DAMASCUS (AFP) ― Syrian troops advanced Saturday in the key rebel bastion of Yabrud as the country’s civil war entered its fourth year, with more than 146,000 dead, millions displaced and peace efforts stalled.
The Syrian Observatory for Human Rights NGO said army forces were advancing with support from Lebanon’s Shiite movement Hezbollah, a staunch regime ally.
A military source said “13 rebel chiefs leading operations are dead,” adding there were “many deaths among the insurgents.”
State television broadcast images of the town from its outskirts and said troops had advanced 2 kilometers inside the town towards a roundabout.
Yabrud is a key rebel supply route and their last stronghold in the Qalamun region along the border with Lebanon and on the highway between Damascus and third city Homs.
The latest battle illustrates the intractability of the conflict that began on March 15, 2011, after popular uprisings that toppled dictators in Tunisia and Egypt.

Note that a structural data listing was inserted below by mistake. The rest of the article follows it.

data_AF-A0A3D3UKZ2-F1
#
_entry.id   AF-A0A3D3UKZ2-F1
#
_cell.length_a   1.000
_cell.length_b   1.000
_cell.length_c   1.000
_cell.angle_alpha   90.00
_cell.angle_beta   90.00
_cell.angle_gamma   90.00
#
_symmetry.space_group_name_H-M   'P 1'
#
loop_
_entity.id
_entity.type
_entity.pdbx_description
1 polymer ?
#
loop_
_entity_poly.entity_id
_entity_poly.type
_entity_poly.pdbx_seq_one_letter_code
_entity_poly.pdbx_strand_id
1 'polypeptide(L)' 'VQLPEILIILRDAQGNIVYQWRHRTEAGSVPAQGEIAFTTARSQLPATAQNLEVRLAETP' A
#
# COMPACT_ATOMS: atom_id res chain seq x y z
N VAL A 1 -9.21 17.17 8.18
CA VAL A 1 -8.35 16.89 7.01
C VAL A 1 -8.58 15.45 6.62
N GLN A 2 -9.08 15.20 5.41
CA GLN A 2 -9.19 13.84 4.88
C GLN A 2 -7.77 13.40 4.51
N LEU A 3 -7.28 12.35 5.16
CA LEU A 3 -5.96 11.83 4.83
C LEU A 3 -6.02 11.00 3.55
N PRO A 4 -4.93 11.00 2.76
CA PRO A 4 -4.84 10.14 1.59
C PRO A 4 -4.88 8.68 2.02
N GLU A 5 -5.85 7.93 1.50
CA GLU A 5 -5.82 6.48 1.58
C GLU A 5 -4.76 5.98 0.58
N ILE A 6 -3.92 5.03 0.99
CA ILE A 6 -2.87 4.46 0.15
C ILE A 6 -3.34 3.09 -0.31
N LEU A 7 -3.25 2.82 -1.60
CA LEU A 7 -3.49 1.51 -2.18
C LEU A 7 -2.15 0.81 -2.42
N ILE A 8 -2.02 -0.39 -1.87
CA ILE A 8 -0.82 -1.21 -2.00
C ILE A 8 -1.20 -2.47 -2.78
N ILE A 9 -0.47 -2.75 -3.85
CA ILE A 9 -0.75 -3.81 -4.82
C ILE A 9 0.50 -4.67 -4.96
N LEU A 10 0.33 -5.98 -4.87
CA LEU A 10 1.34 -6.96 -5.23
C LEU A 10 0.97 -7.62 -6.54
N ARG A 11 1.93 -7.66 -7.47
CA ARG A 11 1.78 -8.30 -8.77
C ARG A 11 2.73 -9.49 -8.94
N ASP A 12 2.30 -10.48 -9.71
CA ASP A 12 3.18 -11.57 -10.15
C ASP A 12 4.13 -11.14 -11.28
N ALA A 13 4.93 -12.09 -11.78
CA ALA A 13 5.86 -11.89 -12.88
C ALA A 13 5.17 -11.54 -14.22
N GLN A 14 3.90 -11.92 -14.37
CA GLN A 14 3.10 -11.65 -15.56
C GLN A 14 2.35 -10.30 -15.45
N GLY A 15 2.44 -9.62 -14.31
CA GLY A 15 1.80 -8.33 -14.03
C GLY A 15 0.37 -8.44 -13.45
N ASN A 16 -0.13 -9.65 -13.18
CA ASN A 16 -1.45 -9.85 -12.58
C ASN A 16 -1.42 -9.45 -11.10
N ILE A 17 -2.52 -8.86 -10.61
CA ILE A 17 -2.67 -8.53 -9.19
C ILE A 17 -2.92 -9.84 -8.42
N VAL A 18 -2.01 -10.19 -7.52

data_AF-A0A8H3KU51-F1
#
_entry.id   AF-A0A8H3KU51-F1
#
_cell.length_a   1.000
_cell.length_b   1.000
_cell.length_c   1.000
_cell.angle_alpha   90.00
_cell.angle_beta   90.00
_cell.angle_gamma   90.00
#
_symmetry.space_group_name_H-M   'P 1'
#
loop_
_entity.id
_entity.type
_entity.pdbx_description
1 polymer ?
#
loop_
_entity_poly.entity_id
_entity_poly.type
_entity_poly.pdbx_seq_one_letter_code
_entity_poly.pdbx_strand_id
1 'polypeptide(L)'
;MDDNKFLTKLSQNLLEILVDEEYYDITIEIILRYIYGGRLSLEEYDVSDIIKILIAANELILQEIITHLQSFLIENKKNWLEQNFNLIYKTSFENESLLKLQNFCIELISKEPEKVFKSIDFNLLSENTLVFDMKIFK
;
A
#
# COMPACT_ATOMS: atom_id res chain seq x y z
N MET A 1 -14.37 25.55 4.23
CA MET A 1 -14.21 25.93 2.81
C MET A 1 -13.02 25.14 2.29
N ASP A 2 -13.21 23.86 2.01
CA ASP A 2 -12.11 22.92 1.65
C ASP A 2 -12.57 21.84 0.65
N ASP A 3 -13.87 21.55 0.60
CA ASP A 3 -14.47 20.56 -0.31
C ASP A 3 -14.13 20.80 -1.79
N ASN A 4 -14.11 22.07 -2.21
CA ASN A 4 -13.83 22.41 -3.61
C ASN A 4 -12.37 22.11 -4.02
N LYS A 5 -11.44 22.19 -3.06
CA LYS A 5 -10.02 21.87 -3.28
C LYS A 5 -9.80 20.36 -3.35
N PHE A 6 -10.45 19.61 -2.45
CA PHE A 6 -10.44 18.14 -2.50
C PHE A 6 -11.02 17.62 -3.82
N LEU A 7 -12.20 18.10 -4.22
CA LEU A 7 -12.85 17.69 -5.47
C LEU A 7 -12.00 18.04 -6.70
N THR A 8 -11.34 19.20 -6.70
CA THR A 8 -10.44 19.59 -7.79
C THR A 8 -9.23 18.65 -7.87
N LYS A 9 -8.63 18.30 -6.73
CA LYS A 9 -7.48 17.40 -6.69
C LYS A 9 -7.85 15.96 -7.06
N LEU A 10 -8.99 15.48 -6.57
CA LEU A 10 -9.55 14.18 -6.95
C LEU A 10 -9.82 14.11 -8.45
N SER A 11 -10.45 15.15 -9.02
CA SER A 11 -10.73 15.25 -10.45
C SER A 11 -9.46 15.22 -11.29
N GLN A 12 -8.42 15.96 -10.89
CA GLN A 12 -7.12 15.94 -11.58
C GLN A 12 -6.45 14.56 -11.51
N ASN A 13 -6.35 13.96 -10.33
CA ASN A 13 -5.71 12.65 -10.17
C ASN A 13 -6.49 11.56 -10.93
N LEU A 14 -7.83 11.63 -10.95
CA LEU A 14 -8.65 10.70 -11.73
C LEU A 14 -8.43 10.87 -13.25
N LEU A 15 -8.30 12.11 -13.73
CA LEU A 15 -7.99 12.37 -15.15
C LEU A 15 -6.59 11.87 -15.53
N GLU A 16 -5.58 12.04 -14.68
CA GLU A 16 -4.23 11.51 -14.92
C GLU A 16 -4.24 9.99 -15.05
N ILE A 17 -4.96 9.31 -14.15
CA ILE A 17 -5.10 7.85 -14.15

Protests erupted in Syria’s southern city of Daraa after teenagers were arrested over graffiti declaring: “The people want the fall of the regime.”
President Bashar al-Assad’s regime cracked down on the protests, civilians took up arms, soldiers began to desert and an insurgency became full-scale civil war after the regime bombed the central city of Homs in February 2012.
Two years later, the conflict appears to have reached stalemate, with some predicting it could last another 10 or 15 years.
Rebels control large swathes of Syria, but are fighting both the regime and an al-Qaida-inspired group they once welcomed.
Loyalist forces hold the more densely populated regions, and are advancing south of Damascus, in the Qalamun region and in Aleppo in the north, seeking to protect the coast, major towns and key roads.
Syria’s mostly exiled political opposition has secured Western recognition but is largely ignored by rebels on the ground.